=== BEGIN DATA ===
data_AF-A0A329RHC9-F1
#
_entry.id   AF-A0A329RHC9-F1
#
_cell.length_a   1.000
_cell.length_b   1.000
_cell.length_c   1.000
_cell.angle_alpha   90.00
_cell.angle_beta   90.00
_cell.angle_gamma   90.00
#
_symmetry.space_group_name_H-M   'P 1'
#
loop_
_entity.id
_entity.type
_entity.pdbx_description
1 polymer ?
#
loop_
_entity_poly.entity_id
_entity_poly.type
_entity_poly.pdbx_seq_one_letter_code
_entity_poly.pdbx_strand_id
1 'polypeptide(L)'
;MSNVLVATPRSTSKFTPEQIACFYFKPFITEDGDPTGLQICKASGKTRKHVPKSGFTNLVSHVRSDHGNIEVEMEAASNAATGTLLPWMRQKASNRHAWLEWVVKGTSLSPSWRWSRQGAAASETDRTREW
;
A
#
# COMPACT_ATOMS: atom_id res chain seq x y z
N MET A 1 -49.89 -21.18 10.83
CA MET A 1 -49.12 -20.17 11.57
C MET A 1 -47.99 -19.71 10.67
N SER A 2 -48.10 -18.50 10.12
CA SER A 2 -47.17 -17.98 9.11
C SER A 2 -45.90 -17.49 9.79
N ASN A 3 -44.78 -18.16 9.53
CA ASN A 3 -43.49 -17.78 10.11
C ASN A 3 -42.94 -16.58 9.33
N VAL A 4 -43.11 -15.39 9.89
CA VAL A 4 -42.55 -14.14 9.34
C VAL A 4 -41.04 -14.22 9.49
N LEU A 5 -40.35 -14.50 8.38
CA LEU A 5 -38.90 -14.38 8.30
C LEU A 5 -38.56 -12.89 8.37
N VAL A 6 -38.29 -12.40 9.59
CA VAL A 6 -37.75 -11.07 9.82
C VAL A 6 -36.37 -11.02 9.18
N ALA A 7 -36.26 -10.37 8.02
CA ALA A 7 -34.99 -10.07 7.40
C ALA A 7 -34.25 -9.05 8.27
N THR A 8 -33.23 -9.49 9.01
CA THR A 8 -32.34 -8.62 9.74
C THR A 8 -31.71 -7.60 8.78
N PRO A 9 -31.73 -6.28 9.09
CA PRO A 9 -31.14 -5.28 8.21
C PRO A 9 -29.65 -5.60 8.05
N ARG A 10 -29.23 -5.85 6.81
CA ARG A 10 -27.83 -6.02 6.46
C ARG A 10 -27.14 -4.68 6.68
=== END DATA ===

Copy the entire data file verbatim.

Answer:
data_AF-A0A329RHC9-F1
#
_entry.id   AF-A0A329RHC9-F1
#
_cell.length_a   1.000
_cell.length_b   1.000
_cell.length_c   1.000
_cell.angle_alpha   90.00
_cell.angle_beta   90.00
_cell.angle_gamma   90.00
#
_symmetry.space_group_name_H-M   'P 1'
#
loop_
_entity.id
_entity.type
_entity.pdbx_description
1 polymer ?
#
loop_
_entity_poly.entity_id
_entity_poly.type
_entity_poly.pdbx_seq_one_letter_code
_entity_poly.pdbx_strand_id
1 'polypeptide(L)'
;MSNVLVATPRSTSKFTPEQIACFYFKPFITEDGDPTGLQICKASGKTRKHVPKSGFTNLVSHVRSDHGNIEVEMEAASNAATGTLLPWMRQKASNRHAWLEWVVKGTSLSPSWRWSRQGAAASETDRTREW
;
A
#
# COMPACT_ATOMS: atom_id res chain seq x y z
N MET A 1 -49.89 -21.18 10.83
CA MET A 1 -49.12 -20.17 11.57
C MET A 1 -47.99 -19.71 10.67
N SER A 2 -48.10 -18.50 10.12
CA SER A 2 -47.17 -17.98 9.11
C SER A 2 -45.90 -17.49 9.79
N ASN A 3 -44.78 -18.16 9.53
CA ASN A 3 -43.49 -17.78 10.11
C ASN A 3 -42.94 -16.58 9.33
N VAL A 4 -43.11 -15.39 9.89
CA VAL A 4 -42.55 -14.14 9.34
C VAL A 4 -41.04 -14.22 9.49
N LEU A 5 -40.35 -14.50 8.38
CA LEU A 5 -38.90 -14.38 8.30
C LEU A 5 -38.56 -12.89 8.37
N VAL A 6 -38.29 -12.40 9.59
CA VAL A 6 -37.75 -11.07 9.82
C VAL A 6 -36.37 -11.02 9.18
N ALA A 7 -36.26 -10.37 8.02
CA ALA A 7 -34.99 -10.07 7.40
C ALA A 7 -34.25 -9.05 8.27
N THR A 8 -33.23 -9.49 9.01
CA THR A 8 -32.34 -8.62 9.74
C THR A 8 -31.71 -7.60 8.78
N PRO A 9 -31.73 -6.28 9.09
CA PRO A 9 -31.14 -5.28 8.21
C PRO A 9 -29.65 -5.60 8.05
N ARG A 10 -29.23 -5.85 6.81
CA ARG A 10 -27.83 -6.02 6.46
C ARG A 10 -27.14 -4.68 6.68